Guest Blog: Thoughts on Spiritual Abuse, Rewilding, and the Discalced Laity
What follows is a guest blog post by Dr. Philippa Martyr, who has posted on here before. This is a follow-up in a way to my last blog post on the crisis in the priesthood, but also is a follow-up to several past posts on related topics. This is a very personal accounting by Dr. Martyr and I commend her for her willingness to discuss it publicly. We need more honest discussions like this one, and less superficial analyses rooted in a set of agenda driven pieties. I am quickly reaching the conclusion that most forms of so-called “piety” are actually forms of mental illness.
Oh… and I am still working on part two of my post on salvation outside of the Church. So for those who have inquired: Patience!
By Dr. Philippa Martyr
Larry Chapp and I seem to be thinking in tandem just now. His piece on the discalced laity landed in my line of sight on the same day that The Pillar published an exposé of Silverstream Priory’s founder Dom Mark Kirby and the ordeal of one priest in the community.
Then I shared a piece on Facebook about the recent arrest of FSSP priest Fr James Jackson on child pornography possession charges. He was one of Larry’s old seminary companions, and the pain of that scandal has led Larry to write about how the Church of spectators is placing even more pressure on our priests, both good and bad.
I’ve recently encountered the idea of ‘rewilding the Church’. I had to go and look up what that meant and found a book by Steve Aisthorpe called Rewilding the Church that explained the process. Rewilding is allowing nature to take its course; to step back from managed land and let the forces of nature themselves reshape landscapes and take them over – watercourses, wild animals, natural regrowth. Rewilding ‘the Church’, for Protestant writers like Aisthorpe, seems to mean de-fettering, allowing a freer and wilder and more spiritual Church to evolve naturally. It involves untethering from tradition, increasing deinstitutionalisation, moving completely away from clericalism, and ‘starting afresh’.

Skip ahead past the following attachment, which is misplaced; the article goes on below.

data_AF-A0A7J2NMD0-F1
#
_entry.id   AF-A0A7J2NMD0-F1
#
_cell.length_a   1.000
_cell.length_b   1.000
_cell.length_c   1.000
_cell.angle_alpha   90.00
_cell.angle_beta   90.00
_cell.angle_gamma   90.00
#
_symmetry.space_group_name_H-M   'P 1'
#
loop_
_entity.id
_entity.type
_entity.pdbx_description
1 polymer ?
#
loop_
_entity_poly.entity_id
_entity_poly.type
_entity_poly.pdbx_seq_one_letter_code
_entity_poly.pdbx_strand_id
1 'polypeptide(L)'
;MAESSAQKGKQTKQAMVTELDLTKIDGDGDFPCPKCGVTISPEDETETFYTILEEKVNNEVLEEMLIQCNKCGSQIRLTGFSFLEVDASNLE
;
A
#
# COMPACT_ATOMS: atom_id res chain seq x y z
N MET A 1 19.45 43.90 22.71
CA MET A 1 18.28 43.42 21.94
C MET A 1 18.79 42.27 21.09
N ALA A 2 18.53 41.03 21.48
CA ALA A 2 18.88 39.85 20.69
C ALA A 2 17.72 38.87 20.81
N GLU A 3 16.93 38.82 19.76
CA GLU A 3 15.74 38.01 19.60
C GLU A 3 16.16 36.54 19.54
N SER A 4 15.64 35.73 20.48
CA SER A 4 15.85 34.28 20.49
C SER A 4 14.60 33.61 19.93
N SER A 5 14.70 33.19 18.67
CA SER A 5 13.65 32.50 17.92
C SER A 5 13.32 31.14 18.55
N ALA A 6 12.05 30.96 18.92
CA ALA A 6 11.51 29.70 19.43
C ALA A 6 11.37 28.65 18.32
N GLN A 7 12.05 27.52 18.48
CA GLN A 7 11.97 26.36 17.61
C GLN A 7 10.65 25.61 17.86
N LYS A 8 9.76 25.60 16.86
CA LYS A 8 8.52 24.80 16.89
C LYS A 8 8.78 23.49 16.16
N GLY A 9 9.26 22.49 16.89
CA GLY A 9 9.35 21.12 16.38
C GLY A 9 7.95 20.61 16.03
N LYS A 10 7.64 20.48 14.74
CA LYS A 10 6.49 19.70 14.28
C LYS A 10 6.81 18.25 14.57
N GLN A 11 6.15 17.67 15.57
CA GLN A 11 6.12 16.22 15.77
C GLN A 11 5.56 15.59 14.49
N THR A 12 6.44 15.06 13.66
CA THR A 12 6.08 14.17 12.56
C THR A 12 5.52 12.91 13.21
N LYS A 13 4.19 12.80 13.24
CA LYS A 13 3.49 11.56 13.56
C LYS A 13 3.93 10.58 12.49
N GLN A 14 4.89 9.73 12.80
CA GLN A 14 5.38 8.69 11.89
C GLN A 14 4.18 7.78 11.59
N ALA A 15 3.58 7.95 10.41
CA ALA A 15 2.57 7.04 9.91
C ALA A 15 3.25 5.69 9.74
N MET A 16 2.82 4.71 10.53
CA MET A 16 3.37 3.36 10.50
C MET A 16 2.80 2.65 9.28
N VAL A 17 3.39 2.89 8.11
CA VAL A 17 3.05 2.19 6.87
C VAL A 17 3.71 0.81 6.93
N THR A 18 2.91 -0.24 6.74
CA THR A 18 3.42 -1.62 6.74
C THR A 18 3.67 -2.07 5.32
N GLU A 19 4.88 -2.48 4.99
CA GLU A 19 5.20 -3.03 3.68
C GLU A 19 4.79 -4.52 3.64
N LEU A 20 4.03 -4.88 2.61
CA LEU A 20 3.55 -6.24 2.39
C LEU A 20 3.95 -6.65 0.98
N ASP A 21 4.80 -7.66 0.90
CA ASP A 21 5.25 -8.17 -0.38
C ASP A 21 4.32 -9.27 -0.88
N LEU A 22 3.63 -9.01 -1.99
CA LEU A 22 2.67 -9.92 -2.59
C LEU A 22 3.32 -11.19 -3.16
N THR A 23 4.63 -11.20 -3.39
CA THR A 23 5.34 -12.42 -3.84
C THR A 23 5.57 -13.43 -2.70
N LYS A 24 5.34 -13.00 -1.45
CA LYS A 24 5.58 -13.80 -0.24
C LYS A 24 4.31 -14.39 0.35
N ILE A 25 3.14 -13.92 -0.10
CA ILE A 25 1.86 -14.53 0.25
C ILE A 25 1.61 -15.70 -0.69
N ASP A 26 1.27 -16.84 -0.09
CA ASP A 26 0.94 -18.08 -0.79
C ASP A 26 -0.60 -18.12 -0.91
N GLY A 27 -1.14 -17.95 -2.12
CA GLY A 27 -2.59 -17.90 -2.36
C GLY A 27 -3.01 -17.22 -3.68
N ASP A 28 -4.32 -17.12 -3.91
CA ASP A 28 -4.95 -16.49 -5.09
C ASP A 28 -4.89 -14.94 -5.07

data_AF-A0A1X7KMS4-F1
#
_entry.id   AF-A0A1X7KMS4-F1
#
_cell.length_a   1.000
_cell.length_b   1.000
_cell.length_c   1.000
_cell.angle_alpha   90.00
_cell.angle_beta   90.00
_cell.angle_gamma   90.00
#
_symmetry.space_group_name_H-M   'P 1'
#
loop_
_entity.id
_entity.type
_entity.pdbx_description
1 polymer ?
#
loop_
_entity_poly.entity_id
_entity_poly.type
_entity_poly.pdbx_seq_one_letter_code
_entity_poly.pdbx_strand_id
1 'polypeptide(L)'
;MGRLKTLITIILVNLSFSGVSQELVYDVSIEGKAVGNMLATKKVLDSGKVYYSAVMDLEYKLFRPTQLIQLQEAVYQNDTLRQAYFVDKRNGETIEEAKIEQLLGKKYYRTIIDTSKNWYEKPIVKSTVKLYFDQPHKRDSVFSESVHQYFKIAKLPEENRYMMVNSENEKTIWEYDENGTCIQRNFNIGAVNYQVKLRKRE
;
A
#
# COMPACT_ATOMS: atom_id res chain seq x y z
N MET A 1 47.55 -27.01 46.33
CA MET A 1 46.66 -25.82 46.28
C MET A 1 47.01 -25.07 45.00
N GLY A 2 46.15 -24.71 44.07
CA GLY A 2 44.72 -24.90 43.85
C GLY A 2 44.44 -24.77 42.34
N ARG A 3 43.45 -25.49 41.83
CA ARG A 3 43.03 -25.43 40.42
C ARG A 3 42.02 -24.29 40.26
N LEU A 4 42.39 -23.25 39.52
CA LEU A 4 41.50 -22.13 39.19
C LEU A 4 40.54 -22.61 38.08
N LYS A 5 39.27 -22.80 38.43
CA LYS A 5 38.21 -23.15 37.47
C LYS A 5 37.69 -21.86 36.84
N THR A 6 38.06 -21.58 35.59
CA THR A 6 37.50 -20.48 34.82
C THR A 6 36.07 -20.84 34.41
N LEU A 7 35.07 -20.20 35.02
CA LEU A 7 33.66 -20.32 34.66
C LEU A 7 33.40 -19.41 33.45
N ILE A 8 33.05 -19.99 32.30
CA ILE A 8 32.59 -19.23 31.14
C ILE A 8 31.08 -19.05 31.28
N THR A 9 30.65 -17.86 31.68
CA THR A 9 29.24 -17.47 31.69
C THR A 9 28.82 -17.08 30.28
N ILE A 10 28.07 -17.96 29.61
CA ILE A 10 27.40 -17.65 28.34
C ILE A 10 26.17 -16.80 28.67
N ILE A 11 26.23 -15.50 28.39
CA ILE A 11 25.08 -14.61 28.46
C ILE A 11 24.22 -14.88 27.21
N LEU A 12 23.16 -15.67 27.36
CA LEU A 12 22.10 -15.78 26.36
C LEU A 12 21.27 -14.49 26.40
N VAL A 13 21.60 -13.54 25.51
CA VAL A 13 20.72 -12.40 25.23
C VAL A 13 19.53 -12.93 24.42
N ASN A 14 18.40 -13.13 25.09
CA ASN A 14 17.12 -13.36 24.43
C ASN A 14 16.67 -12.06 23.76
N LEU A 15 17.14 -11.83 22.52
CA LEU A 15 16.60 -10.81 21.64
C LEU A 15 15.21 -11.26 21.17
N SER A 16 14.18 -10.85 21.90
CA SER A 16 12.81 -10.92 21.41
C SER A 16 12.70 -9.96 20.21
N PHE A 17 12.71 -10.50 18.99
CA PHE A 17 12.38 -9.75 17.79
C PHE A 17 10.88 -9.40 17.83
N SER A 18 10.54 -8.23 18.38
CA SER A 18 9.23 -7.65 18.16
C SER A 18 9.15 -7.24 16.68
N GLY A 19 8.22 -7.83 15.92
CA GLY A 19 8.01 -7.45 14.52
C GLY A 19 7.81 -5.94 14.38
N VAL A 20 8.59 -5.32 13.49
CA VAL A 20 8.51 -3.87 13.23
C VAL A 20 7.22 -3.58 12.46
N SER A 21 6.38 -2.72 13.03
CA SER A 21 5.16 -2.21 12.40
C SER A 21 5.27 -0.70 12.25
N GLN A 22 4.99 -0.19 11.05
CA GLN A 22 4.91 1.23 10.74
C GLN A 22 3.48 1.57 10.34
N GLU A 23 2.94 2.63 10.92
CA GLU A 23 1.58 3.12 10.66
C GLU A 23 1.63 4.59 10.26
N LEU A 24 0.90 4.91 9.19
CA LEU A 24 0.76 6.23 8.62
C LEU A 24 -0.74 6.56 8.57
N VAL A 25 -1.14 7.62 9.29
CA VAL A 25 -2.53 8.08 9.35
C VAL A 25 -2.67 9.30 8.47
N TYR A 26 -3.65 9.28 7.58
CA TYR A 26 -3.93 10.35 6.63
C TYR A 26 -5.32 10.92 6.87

It’s alluring. It sounds charming and balanced and healthy. But what it leaves out are all the problems of rewilding that happen in nature, and thus also in grace: the choking out of entire species, predators running rampant, and arable land turned into something that can no longer sustain human life as effectively as it used to. If anything, the Church has been ‘rewilding’ since the 1960s, and the results aren’t pretty.
I’d been a supporter of Silverstream Priory, albeit a very modest one. I’d read Dom Mark Kirby’s book In Sinu Jesu and been very moved (although it was quite repetitive). The reason I was moved was that the charism described in it was identical to that of my own former religious order, which I left in 2007 at the end of temporary vows.
If you think the child sexual abuse crisis has been hard to endure, I would like to alert you to two more layers of the same ghastly cake that need exposure, apologies, and remediation. The first is adult sexual relationships by clergy – the ‘adult boundary violations’ that in some dioceses seem to be so common that they’re taken for granted. The second is spiritual abuse in religious life and in specific religious communities. Spiritual abuse is hard to define, but it’s generally understood as a form of emotional and psychological abuse that uses spirituality or religious practice as a means of coercive control.
What happened to me
I was profoundly ignorant of religious life when I entered an enclosed women’s community in 2002, at the ripe old age of 32. I had read precisely one book on the subject – A Right to be Merry, by Mother Mary Francis, the superior of a Poor Clare community. The title was accurate, but it couldn’t have been less accurate about the community I entered – who weren’t Poor Clares, so that probably accounts for some of it.